Revenge Ride opens with a flashback of Maggie (Serinda Swan) on a first date that ends with her being raped. Here she was younger, more delicate and naive, the type of girl who wears a dress. Soon after, Maggie joins an all-female biker gang known as Dark Moon, and three years later, she’s still there — but she’s different now. She dons a biker jacket, leather paints, face piercings and has taken up smoking. She’s described as tough and ruthless, but this isn’t necessarily behaviour we see from her. Most of the women in the gang have something in common: sexual assault. They protect their own and other women in their small town.
Ten minutes into the film, we’re already watching another rape unfold. This time it’s Maggie’s cousin, college student Mary (Vanessa Dubasso), who turns to Dark Moon for help afterwards. It took place at a party and involved three men — she cites quarterback Keegan (Jake Lockett) as the main culprit. Under Trigga’s (Pollyanna McIntosh) strict leadership, Dark Moon ride out to deliver revenge. The gang itself are made up of members of a real biker gang and it certainly shows as they look and play the part, but there’s also an underlying sense of connection and realism about them which jumps out.
Revenge Ride provides commentary on all the frat boy rapists that always get away with their crimes, all because they’re seen to have so much potential. The film delivers an alternative reality where Dark Moon enforces their own justice because no one else is going to do it. They don’t get the police involved, likely knowing how useless they are, in addition to how traumatic and frustrating this process can be for victims. The gang head to a bar to scope out the rapists, where they elicit a form of painful and humiliating vengeance, leaving them to wake up in a similar state they left Mary — laying on campus with their ass showing. Not fond of their punishment, the guys seek their own revenge against Dark Moon which is when the real trouble begins.
In an unnecessary side plot, Maggie meets Brian (Diego Boneta) at the bar who becomes her love interest. He’s friends with the three rapists, but swears he had nothing to do with it. Trigga, however, wants him to pay too, because all men are the same to her — she’s a man-hater, more tough and ruthless than Maggie could ever be. The romance elements feel inessential, just there as filler to serve as character conflict between Maggie and Trigga. I’m not sure what the message is supposed to be here, maybe that not all men are guilty or love is more important than friendship?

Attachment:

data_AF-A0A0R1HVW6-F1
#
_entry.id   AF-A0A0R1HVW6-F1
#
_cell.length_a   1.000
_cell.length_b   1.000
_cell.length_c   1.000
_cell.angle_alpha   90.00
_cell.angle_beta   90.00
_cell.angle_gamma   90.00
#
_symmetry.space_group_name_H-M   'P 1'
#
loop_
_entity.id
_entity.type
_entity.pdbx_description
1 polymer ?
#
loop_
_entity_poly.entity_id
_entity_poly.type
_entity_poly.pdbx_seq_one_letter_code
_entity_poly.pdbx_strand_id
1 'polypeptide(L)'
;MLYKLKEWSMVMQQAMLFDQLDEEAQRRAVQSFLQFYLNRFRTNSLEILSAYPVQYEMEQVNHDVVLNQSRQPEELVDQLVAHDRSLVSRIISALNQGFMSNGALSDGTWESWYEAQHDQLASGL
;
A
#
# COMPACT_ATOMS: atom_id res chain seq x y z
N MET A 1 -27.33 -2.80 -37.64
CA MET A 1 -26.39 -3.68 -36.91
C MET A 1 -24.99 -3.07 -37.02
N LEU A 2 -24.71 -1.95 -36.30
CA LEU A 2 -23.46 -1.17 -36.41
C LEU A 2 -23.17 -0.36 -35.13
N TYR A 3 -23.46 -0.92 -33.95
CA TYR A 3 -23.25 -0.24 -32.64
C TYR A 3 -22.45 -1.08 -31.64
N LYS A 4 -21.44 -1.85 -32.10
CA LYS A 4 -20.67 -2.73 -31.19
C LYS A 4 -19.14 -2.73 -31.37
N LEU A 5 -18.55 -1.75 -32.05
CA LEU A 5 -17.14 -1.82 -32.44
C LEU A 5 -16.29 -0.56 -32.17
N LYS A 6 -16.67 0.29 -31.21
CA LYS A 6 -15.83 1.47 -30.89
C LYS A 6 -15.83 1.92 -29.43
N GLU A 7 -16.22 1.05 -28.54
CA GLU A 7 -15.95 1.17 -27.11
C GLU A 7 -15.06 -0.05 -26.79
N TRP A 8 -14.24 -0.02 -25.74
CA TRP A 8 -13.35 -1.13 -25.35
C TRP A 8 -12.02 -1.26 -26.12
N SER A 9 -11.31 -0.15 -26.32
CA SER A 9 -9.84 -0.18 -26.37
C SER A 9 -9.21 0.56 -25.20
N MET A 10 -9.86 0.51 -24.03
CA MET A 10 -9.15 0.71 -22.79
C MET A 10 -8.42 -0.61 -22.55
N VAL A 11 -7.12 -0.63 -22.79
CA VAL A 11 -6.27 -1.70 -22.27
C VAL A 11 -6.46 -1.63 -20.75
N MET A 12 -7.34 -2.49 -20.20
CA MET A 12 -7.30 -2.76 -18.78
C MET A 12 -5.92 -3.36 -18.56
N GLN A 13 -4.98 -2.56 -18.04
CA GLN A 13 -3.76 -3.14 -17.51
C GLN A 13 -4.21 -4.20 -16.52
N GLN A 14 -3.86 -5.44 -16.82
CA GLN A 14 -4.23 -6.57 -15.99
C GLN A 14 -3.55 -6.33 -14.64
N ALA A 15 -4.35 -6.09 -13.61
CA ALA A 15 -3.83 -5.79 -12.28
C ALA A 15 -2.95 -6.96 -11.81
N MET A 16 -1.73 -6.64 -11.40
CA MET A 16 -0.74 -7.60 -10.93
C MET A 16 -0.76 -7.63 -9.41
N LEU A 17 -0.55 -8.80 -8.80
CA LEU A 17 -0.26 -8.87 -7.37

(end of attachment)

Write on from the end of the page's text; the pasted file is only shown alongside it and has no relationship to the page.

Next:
As with most women-directed rape-revenge films, it gives survivors a way to fight back through the catharsis of being understood and seeing justice being served in some way, even if unconventional. There is one big thing that screws with this message, though, but I won’t spoil it. Either way, the film manages to show that these are real situations that leave huge consequences, especially when people on both sides are left to battle it out amongst themselves.
Revenge Ride has a great concept, but the execution is up and down. It’s a competently made film full of entertainment, gore and violence, but its predictable rape-revenge plot throws some harsh curveballs at the end. There’s plenty of cool scenes where the gang ride out, including a memorable scene of Maggie riding her motorcycle while the song ‘Three Days’ by The Diamond Light plays in the background.
Unfortunately, the film has a thinly veiled plot placed over its muddled message and biker aesthetic. I’d love to see the screenplay strengthened with more blood, violence and rock music utilised in the soundtrack. One of the only things Revenge Ride has going for it is that it serves as a mindless throwback to biker films of the 60s as they watch justice attempt to be served in action-packed sequences. Written by Timothy Durham, it’s not surprising that the plot feels underdeveloped with confusing meanings. Melanie Aitkenhead at least offers a female perspective with her direction, but it’s not enough to fix this underwhelming experience.
Revenge Ride screened at the virtual edition of Grimmfest 2020 between Oct 7th and Oct 11th
by Toni Stanger
Toni Stanger is a film and screenwriting graduate with a passion for cats, horror films and middle-aged actresses. Her favourite films include Gone Girl, Heathers, Scream and Excision. You can find her on Twitter and Letterboxd.
Categories: Reviews, Women Film-makers
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